POST Online Media Lite Edition



 

U.S. judge rules against tribes, Dakota pipeline free to continue

Staff Writer |
A U.S. judge ruled against Native American tribes seeking to stop the Dakota Access Pipeline who claimed the project would prevent them from practicing religious ceremonies.

Article continues below






Judge James Boasberg of the U.S. District Court for the District of Columbia rejected the tribes' request for an injunction to withdraw permission issued by the Army Corps for the last link of the oil pipeline under Lake Oahe in North Dakota.

Energy Transfer Partners is building the $3.8 billion pipeline to move crude from the Northern Plains to the Midwest and then on to the Gulf of Mexico.

The denial of the injunction represents yet another setback to the tribes – the Standing Rock Sioux and the Cheyenne River Sioux – that have been leading the charge against the line, which runs adjacent to tribal territory in southern North Dakota.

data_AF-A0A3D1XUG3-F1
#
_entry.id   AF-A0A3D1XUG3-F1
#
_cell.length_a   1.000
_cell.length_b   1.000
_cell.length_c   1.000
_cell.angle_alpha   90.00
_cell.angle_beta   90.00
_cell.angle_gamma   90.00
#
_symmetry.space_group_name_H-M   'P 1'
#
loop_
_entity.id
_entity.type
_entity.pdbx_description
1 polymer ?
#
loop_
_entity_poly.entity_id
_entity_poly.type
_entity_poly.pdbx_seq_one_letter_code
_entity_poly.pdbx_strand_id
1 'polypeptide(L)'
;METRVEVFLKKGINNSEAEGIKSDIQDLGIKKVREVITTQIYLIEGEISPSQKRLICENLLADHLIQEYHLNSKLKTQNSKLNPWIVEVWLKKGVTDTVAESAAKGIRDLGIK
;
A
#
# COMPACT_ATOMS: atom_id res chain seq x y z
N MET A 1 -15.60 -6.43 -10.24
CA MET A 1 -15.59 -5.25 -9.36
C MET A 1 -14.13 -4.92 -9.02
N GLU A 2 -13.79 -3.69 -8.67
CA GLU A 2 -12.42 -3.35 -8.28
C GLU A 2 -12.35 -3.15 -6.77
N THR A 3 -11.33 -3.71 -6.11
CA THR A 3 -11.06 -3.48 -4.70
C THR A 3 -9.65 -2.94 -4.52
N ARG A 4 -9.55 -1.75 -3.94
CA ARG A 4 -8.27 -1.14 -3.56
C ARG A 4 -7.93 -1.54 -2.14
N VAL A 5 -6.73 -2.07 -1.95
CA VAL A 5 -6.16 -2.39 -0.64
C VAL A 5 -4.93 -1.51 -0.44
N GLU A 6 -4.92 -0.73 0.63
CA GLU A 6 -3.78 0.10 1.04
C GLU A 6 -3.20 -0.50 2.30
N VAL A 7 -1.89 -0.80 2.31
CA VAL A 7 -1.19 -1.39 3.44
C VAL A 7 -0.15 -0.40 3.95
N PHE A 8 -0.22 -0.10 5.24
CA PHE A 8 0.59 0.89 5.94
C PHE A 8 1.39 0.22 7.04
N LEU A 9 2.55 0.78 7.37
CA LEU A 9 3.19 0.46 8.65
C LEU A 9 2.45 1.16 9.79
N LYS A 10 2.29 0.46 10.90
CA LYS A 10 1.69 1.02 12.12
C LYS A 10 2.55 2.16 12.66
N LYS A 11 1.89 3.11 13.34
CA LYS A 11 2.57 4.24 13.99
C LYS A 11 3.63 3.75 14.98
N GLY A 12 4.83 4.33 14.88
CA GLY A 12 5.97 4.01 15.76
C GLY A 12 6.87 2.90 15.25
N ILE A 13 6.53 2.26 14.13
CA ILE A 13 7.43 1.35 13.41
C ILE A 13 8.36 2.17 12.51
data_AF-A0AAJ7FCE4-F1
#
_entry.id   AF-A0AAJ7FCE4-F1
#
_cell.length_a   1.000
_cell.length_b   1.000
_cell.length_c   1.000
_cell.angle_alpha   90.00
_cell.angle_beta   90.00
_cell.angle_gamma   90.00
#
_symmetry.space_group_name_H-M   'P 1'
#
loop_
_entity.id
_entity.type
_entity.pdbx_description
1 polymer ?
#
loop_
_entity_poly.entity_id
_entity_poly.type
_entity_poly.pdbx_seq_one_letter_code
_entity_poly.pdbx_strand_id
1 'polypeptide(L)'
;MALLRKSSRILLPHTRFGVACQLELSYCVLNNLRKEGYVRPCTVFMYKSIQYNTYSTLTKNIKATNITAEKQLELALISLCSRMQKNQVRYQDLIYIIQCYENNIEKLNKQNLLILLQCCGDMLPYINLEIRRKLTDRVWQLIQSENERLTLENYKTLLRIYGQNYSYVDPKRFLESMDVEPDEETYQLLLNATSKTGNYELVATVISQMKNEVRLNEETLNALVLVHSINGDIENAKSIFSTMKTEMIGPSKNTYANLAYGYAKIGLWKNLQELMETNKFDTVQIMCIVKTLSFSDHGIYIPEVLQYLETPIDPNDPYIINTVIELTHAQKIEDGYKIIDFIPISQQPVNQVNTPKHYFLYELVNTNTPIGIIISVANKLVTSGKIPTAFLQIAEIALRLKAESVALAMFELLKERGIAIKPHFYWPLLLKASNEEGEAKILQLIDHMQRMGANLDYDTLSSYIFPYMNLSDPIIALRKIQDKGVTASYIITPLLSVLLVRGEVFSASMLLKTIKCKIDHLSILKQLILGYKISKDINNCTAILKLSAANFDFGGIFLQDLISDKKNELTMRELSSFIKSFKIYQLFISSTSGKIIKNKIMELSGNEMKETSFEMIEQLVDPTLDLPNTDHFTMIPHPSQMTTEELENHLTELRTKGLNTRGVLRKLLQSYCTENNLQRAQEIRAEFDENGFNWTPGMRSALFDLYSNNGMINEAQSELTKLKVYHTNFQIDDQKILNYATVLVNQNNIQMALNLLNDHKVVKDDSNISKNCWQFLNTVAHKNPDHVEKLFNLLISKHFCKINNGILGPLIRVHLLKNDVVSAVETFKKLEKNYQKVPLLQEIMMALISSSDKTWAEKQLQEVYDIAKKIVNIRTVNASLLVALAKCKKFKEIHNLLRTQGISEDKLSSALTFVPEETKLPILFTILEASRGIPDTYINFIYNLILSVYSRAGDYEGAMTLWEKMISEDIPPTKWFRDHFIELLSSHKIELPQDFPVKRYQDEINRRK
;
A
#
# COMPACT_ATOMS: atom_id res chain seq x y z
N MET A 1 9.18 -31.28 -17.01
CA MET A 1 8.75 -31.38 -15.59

The tribes had argued that the pipeline would render water they use for religious ceremonies spiritually impure even if the pipeline goes under Lake Oahe.

They said the pipeline was reminiscent of an ancient prophesy of a Black Snake that would harm natives and that they could not use other water supplies in the region because they had been polluted by decades of mining.

Boasberg said in a written ruling that the Cheyenne tribe "remained silent as to the Black Snake prophesy and its concerns about oil in the pipeline under Lake Oahe" during two years of legal disputes against the line.


What to read next

U.S. judge denies tribes' request to halt Dakota Access pipeline
Amnesty International USA: Trump's Dakota pipeline order is shameful
Dakota Access pipeline now operational